3. Jack Rollins

    Yes. What manner of person could disagree with the preservation of the world’s cultures? But how myopic the world is as it marches along this veil of tears with muted ears as the dogs bark and the caravan moves on. The world, during the last century, has never witnessed the astonishing number of languages that have no known speakers left and have become extinct (not dead like Latin). No tongue will ever reproduce, nor any eye recognize the centuries of wisdom that this culture held. With the loss of any language we also lose its culture, which often has been recorded in manuscripts buried deep in caves or sand in ancient hiding places. This year we lost countless manuscripts to the appallingly violent attacks upon one of the world’s greatest repositories of knowledge known to man by rebels of the Ansar Dine in Timbuktu, a UNESCO listed World Heritage site. Thank God that the French re-took the city, but these jihadists and Tuareg separatists were left unhindered for too long as they occupied Timbuktu, destroying the shrines of Sufi saints.

    However tragic these losses are, the fact is that if someone has the power to do something, he also has the power not to do it. If the world sits by watching one minimally civilized group destroy–forever–any part of the world’s culture, how unendurably self-absorbed are we; a shiftless, spoilt, selfish, coarse citizens of the world we must see ourselves as “rudely stamp’d.”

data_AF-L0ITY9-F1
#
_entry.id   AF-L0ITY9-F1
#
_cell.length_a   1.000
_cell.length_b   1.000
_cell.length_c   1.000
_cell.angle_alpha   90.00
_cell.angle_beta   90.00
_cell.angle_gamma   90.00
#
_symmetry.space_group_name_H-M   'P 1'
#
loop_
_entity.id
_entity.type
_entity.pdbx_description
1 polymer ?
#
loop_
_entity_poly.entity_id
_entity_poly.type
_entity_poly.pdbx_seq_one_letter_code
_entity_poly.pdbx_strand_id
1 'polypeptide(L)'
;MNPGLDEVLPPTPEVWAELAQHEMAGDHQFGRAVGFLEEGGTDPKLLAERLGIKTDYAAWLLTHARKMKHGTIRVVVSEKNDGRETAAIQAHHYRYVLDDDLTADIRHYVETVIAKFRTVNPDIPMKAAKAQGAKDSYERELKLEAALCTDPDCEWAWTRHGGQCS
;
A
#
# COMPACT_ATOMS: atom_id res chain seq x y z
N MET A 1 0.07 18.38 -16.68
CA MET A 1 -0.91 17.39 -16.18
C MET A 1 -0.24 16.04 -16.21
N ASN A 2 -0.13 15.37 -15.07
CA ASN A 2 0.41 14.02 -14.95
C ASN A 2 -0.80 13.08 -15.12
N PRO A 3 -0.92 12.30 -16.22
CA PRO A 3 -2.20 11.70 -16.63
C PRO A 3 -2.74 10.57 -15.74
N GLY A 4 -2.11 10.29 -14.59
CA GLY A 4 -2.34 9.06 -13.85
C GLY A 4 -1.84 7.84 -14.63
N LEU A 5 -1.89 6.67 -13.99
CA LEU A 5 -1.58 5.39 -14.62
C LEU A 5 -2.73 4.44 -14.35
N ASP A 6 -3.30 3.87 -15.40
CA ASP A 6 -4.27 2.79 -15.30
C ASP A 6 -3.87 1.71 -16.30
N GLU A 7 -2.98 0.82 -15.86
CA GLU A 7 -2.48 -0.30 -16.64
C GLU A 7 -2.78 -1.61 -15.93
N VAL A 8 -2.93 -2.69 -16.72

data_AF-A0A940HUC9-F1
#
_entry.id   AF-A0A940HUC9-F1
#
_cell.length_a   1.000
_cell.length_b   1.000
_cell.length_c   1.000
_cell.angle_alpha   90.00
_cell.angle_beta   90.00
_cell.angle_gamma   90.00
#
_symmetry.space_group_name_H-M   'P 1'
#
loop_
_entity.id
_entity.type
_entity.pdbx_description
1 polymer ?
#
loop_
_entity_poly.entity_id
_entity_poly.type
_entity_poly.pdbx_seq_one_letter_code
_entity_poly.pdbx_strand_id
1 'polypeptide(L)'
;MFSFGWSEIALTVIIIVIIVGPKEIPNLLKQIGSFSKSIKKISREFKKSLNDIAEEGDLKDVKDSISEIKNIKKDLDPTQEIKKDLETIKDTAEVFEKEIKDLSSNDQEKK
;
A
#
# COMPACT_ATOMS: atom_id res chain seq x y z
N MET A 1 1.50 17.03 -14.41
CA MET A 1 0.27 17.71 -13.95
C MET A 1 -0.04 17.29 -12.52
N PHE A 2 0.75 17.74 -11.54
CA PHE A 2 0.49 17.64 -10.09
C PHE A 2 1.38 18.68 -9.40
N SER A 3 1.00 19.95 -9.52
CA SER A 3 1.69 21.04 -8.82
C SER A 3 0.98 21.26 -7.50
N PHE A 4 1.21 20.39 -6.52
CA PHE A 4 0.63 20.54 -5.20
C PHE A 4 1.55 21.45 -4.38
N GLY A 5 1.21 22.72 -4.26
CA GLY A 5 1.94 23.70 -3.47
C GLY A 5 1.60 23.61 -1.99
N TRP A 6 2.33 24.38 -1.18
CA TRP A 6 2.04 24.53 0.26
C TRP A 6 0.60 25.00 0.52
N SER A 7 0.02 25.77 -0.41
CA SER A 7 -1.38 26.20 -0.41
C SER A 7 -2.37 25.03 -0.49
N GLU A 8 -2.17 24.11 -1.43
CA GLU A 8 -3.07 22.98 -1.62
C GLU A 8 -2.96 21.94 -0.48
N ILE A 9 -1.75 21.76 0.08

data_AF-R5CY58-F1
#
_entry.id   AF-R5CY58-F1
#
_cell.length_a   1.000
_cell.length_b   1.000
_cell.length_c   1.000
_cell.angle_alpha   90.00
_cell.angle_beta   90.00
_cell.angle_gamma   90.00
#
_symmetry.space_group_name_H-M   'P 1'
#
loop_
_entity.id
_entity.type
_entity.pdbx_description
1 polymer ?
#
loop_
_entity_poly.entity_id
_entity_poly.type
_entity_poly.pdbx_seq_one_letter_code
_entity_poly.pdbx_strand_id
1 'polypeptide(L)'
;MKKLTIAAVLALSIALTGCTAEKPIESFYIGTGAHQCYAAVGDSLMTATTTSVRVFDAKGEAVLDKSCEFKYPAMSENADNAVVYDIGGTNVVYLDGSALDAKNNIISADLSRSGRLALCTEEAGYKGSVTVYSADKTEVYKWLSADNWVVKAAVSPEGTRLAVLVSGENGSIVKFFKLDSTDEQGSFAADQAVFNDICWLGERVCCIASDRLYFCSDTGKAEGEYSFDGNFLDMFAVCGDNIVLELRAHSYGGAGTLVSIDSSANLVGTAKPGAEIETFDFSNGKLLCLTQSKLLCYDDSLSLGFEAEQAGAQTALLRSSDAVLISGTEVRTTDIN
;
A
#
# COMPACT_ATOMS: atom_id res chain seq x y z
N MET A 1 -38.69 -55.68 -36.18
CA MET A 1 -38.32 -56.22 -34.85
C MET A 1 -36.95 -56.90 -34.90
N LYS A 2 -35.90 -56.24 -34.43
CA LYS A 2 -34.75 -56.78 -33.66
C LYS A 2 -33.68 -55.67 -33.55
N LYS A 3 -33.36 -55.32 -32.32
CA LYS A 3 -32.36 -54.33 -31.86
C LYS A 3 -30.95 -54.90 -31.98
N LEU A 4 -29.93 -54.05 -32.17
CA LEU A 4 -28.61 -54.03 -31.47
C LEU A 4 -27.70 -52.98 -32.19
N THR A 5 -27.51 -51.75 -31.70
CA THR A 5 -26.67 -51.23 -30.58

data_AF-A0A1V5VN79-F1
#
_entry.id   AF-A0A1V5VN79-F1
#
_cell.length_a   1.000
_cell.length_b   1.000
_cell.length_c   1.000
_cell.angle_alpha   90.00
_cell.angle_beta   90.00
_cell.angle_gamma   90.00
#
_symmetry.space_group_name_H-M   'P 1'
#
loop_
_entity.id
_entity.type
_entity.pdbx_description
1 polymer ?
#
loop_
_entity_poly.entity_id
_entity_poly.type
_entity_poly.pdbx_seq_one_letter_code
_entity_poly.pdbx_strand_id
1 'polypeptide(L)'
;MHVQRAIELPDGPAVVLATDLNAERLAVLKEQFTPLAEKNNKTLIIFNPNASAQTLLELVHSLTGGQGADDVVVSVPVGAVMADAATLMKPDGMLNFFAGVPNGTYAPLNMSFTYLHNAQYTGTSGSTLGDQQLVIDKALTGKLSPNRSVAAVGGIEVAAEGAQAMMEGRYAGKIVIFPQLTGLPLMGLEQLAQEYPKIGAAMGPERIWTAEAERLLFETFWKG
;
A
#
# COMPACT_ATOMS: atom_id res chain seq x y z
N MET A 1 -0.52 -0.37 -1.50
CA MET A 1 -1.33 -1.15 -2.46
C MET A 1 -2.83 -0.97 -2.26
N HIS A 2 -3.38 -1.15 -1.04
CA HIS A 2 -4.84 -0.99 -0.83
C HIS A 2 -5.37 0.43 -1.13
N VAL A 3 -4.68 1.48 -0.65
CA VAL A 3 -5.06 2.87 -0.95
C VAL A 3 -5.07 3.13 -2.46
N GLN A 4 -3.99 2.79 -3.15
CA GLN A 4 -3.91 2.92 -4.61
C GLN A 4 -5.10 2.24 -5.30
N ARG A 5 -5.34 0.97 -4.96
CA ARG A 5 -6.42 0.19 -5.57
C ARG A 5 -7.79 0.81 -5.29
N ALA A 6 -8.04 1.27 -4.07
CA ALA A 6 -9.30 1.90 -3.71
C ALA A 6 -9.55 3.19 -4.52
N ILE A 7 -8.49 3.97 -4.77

Sadly, when these rare manuscripts reach safety in libraries, often in universities in Europe and the United States, they once again become buried in so restricted an area that few scholars will be admitted to study them. These institutions act not so much as guardians, but private owners of whatever wisdom these manuscripts may hold. Qualified scholars are regularly turned away from these “privately held” collections; in my own research, while a library may have my books on their shelves, they do not fight shy of refusing or greatly restricting my use of them. And no I am not a suspected book smuggler.

    Timbuktu is of immeasurable importance and to mention my own example in the same breadth should give one pause. I have proposed this before, and I will back again. A petition/letter issued from UNESCO that would encourage institutions to allow qualified scholars more reasonable access to rare manuscripts. Secondly, such a document would remind them that they are trusted guardians who should do all that is reasonable to see that their manuscripts, however small, may chance to be important components of our world heritage. This would be an action wholly consistent with the goals of UNESCO.